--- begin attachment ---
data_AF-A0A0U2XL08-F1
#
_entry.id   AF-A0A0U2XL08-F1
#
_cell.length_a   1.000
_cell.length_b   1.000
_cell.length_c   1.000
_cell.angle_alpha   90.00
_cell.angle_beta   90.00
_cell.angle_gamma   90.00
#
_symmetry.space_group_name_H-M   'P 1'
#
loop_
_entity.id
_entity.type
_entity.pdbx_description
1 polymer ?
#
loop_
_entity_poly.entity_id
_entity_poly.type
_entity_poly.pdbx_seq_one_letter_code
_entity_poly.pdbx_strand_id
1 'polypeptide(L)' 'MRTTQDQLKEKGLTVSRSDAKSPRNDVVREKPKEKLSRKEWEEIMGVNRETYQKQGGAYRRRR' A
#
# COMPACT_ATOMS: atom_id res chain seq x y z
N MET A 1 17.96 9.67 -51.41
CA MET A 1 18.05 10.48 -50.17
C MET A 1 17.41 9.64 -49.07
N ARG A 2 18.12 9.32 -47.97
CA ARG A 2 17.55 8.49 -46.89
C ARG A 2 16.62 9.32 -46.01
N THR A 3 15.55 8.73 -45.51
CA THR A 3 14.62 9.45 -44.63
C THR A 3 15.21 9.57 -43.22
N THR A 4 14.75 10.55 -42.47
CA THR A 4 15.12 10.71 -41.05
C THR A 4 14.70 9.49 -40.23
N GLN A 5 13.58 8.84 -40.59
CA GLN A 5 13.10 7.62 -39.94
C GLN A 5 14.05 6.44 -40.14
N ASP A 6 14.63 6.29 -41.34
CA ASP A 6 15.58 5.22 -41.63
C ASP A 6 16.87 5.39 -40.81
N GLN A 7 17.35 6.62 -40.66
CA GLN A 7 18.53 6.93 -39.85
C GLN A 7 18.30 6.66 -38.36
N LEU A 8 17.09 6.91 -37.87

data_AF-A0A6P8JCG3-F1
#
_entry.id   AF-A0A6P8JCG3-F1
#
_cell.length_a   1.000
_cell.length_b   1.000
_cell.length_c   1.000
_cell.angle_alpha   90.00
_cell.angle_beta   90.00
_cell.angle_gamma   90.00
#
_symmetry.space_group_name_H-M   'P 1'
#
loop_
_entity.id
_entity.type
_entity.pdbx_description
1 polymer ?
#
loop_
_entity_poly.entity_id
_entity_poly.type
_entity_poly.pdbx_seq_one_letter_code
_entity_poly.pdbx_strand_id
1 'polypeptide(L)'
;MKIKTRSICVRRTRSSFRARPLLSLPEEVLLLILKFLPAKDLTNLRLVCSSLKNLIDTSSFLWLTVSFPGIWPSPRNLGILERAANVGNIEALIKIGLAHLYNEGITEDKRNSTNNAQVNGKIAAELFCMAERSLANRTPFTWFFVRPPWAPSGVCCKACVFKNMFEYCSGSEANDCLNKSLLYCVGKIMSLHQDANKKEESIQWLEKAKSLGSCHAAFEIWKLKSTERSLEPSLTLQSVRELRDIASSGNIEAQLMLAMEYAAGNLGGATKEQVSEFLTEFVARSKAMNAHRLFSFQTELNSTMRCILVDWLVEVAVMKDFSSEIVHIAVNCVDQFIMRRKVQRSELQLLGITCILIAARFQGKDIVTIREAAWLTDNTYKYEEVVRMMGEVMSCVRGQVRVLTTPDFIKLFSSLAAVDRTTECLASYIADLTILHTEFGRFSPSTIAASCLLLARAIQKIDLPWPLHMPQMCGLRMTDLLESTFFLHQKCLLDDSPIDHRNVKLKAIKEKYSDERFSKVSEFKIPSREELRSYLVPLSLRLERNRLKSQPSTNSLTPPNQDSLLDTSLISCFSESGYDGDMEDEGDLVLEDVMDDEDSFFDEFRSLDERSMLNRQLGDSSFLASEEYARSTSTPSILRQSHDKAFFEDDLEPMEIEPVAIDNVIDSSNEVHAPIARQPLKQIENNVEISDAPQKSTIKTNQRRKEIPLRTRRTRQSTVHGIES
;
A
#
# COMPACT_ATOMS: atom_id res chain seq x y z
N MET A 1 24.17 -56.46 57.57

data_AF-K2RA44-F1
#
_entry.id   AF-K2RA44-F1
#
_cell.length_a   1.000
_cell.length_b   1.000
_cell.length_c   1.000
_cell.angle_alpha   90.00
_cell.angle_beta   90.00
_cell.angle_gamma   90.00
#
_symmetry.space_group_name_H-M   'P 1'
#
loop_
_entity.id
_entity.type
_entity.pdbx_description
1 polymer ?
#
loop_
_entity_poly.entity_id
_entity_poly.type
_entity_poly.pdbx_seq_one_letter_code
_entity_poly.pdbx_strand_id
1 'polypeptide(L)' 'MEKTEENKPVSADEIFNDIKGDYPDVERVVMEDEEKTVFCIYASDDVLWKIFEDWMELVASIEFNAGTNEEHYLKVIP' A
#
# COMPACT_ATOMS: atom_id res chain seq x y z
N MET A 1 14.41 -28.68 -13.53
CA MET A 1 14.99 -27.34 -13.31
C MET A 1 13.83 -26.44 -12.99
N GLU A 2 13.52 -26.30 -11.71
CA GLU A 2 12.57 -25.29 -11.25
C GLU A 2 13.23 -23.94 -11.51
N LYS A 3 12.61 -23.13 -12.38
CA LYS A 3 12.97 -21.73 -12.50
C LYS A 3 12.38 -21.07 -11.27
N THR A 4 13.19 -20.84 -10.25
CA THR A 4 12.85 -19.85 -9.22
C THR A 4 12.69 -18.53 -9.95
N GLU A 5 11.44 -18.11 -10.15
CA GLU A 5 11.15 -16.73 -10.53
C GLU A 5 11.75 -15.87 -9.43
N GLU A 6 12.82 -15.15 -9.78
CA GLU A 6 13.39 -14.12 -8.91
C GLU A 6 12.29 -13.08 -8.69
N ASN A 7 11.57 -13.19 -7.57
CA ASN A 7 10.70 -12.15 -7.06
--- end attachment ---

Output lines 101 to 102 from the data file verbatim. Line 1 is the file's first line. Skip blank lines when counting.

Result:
_entity_poly.entity_id
_entity_poly.type